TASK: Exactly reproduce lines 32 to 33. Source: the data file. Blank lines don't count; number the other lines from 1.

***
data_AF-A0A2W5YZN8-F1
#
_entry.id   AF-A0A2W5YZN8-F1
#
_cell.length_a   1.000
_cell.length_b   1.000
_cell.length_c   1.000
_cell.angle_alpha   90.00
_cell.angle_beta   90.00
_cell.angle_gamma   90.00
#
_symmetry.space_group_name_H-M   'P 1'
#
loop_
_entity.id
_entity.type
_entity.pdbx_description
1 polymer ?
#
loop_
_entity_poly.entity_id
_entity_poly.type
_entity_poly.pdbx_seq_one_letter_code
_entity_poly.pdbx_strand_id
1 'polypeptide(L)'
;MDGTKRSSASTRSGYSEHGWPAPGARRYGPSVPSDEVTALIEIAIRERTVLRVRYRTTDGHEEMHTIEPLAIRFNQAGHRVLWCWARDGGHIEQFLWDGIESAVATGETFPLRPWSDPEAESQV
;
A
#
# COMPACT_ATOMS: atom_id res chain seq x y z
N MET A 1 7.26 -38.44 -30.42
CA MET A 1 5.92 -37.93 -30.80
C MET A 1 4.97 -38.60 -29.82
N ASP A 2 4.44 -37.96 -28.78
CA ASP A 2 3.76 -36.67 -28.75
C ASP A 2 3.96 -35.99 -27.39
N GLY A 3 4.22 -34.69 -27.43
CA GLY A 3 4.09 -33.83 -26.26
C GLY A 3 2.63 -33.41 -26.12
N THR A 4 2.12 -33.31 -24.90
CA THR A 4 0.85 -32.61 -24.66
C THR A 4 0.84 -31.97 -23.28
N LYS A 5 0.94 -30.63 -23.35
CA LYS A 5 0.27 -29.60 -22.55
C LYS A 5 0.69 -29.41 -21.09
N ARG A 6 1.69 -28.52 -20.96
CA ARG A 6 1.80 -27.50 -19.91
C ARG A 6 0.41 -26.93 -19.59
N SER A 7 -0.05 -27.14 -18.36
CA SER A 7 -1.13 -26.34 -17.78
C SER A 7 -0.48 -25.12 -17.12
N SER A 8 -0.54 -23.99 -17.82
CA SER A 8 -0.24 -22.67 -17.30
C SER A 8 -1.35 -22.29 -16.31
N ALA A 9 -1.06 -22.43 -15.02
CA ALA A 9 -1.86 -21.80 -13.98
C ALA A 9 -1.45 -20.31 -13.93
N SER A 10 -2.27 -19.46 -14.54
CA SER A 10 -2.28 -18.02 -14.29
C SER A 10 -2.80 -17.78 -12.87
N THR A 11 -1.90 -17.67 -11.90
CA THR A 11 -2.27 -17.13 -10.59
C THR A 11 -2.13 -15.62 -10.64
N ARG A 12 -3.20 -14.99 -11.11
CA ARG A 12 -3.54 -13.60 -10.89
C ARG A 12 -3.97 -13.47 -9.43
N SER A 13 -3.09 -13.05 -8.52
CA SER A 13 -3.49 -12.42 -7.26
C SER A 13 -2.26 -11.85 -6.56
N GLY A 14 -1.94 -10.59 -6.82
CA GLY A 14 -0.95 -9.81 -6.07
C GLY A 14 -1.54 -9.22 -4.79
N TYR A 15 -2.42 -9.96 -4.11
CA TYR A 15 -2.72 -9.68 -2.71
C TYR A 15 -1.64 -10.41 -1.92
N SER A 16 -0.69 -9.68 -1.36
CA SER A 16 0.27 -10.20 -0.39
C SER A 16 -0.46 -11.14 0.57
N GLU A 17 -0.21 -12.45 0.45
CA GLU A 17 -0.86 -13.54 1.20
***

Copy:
CA MET A 1 5.92 -37.93 -30.80
C MET A 1 4.97 -38.60 -29.82